Diogenes of Synope is something of an Ancient ideologue, who in place of the written word engaged in public acts, designed to both shock and unsettle his peers with a view to dislodging them from their complacent acceptance of constraints upon their individual freedom. When I write ‘unsettle’, I don’t mean simply that he set out to emotionally unsettle them (though he does seem to have achieved that), I mean, rather, that he meant to unsettle their latent assumptions about the extent or degree of their own freedom. He wanted to show them that their shock, their disgust and their condemnation of his actions were themselves expressive of the extent to which they were unwitting captives of their culture’s norms (or rules). We might say their disgust evidenced that aspect of their self that is the encultured self (what in Aristotelian terms we might call their second nature).

Diogenes of Synope
Diogenes wanted to bring about their realisation that their disgust was not correctly identified as originating in his behaviour (his public masturbation) but rather in the cultural norms that they had internalised, and which thereby acted as constraints. It is these social norms, these culturally-given rules, that led Diogenes’ peers to be afflicted by disgust on being confronted by his behaviour. Such social norms, such culturally-bestowed, internalised rules, it is proposed, are to be seen as constraints just as are more obvious and more widely discussed practical constraints, both physical (walls, railings) and juridical (laws enforced by the state apparatus, such as the police, penal system, immigration authorities and courts).

For the Cynics, any human being will need to overcome the fetters bestowed by these enculturated social norms if they are to achieve genuine liberty. For, even when one’s polis is structured according to liberal principles, institutionally-enshrining individual liberty, individuals can still suffer under the liberty-constraining tyranny of the (extra-political) culturally-bestowed rules of behaviour, that lead one to both reign-in one’s own desire to pursue self-interest (Diogenes of Synope had overcome this), and to react negatively to others pursuing theirs (the citizens of Athens had failed to overcome this, hence their reaction to Diogenes’ public masturbation).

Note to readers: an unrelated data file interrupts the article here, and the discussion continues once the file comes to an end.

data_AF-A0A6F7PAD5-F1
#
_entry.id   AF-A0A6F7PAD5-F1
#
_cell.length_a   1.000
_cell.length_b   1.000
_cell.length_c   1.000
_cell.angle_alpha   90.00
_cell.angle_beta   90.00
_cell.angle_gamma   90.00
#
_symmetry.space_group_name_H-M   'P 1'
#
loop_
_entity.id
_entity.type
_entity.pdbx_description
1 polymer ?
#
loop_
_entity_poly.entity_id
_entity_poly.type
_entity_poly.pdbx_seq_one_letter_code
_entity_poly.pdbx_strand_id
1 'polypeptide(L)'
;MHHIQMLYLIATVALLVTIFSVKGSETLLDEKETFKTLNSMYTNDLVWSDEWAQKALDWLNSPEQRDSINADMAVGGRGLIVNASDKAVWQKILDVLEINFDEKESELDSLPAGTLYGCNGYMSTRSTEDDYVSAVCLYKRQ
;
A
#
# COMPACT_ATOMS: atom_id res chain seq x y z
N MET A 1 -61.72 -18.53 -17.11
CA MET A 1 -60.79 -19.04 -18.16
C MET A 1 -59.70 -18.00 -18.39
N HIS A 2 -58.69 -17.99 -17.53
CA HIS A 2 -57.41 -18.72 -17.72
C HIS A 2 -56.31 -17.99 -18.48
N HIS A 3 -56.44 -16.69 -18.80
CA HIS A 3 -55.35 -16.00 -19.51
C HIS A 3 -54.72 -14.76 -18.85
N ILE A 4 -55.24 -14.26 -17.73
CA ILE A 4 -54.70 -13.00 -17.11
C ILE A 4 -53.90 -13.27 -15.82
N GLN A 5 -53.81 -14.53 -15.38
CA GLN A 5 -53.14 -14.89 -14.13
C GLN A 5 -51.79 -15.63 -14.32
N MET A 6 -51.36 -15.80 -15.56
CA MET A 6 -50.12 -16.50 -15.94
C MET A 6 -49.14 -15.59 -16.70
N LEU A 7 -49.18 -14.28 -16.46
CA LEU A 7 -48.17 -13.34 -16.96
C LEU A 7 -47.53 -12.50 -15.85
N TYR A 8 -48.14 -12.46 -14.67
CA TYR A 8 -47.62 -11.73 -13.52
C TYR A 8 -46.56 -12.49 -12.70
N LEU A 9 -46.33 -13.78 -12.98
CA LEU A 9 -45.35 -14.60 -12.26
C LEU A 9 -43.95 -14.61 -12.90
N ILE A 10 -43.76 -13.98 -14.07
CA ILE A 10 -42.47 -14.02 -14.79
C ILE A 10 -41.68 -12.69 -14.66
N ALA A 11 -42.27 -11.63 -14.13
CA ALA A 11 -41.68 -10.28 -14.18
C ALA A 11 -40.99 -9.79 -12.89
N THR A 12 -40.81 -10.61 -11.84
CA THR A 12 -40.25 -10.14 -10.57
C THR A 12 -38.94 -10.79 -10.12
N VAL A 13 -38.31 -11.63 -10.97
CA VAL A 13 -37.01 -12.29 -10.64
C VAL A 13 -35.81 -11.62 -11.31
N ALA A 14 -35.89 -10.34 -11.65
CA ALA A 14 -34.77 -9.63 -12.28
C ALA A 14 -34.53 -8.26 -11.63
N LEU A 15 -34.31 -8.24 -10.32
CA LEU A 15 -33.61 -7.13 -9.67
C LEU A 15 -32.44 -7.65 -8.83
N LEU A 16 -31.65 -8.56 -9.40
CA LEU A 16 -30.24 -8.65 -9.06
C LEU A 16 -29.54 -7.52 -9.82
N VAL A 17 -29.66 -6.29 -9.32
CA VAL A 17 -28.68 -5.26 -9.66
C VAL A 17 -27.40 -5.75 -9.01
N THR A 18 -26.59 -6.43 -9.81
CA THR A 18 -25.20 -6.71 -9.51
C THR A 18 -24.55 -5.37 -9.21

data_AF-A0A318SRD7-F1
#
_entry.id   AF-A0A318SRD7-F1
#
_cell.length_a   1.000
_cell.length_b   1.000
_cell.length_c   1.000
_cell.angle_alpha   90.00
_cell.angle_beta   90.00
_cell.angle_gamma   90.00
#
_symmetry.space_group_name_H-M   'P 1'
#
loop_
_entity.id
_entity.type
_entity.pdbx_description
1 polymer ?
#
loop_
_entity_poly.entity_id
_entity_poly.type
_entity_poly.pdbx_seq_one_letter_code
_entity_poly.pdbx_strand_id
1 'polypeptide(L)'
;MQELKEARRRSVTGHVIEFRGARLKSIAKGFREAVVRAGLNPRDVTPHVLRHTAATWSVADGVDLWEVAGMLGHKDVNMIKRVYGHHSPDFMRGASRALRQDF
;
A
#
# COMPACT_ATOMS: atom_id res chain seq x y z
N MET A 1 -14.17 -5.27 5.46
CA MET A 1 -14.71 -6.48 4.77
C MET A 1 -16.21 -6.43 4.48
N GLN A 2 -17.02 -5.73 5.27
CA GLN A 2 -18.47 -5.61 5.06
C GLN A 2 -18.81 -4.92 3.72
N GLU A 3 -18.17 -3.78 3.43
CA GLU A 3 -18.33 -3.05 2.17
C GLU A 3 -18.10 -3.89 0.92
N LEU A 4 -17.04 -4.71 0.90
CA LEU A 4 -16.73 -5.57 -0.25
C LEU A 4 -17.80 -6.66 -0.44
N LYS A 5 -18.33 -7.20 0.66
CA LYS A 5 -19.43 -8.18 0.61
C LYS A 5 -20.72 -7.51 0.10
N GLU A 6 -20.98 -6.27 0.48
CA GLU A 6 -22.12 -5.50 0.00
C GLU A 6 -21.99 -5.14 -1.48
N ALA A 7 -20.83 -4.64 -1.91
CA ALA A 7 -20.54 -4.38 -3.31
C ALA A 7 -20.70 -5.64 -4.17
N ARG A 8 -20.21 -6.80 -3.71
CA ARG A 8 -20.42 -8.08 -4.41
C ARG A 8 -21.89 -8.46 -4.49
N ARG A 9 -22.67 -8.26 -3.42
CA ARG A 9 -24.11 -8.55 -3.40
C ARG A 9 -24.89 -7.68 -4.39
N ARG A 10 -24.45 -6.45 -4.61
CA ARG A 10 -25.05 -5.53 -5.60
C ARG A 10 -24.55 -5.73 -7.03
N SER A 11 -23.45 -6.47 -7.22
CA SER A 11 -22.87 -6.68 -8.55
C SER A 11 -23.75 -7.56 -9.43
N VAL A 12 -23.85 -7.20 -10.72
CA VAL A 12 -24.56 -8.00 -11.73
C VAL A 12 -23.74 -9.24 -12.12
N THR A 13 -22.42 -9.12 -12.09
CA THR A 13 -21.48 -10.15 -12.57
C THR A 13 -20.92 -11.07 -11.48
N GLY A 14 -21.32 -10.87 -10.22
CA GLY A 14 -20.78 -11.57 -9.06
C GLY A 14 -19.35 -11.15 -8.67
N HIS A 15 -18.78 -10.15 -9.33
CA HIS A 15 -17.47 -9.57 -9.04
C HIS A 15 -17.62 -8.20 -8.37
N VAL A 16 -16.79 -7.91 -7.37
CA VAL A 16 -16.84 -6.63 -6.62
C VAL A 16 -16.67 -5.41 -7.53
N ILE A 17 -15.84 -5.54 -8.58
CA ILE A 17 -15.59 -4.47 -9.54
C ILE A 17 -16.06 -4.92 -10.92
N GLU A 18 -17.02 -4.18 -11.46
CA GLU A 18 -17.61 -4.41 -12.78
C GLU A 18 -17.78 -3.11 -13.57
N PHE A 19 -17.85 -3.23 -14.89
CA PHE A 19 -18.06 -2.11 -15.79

The contemporary use of the word ‘cynic’ and ‘cynical’ might be thought to have departed somewhat from what knowledge of its etymology tells us. It has evolved, it seems. But let us think for a moment about how the word is now used. A ‘cynic’ in contemporary parlance is one who stands at distance from the norms of his own culture (and possibly those of other cultures too), and treats with a degree of scepticism those norms blindly followed his peers. Furthermore, he sees those social norms which demand of him that he act in the service of things beyond self-interest as illegitimate impositions. Because, for the cynic, it is self-interest that motivates individuals, and therefore culturally-bestowed norms that demand individuals to act in anything other than self-interest are no more than illegitimate impositions.

But cynicism goes further than this, because the cynic is also committed to the belief that others act in their own self-interest, irrespective of whether they claim to do otherwise. The cynic assumes that appearances and claims notwithstanding, the world is populated by self-interested individuals. The cynic takes him- or herself to be a seer, seeing through the artifice of altruism, of demands for and expectations of compassion and so on. Alternatively, or in addition, the cynic might see themselves as having greater courage; refusing to comfort themselves with self-serving myths of the virtuous person; the cynic has the courage to see things as they really are: all is self-interest.

I want to emphasise the aspect of cynicism which is related to ideas of freedom. My thought is that a politics in which pure negative liberty—freedom conceived purely in terms of individuals being free from constraints on their ability to do as they choose—is the primary goal, axiom even, where the political community is structured in the service of pure negative liberty only, is a context in which cynicism is likely to flourish. Put another way, a society in which all talk of freedom is framed in terms of the removal of constraints (pure negative freedom), and not as putting into place enabling conditions (positive freedom), is a society where it is possible to see such things as duty to another, which might flow from love, or care, or compassion, as impositions, as trammels on one’s freedom. A preoccupation with pure negative liberty militates against loving, caring and being compassionate. It will militate against trusting that others might, in a non-self-interested way, hold the wellbeing of their peers, both familiars and strangers, as important; it has a corrosive effect on trust. Indeed, cynicism which might flow from an obsession with negative liberty ultimately militates against acknowledging the humanity of others.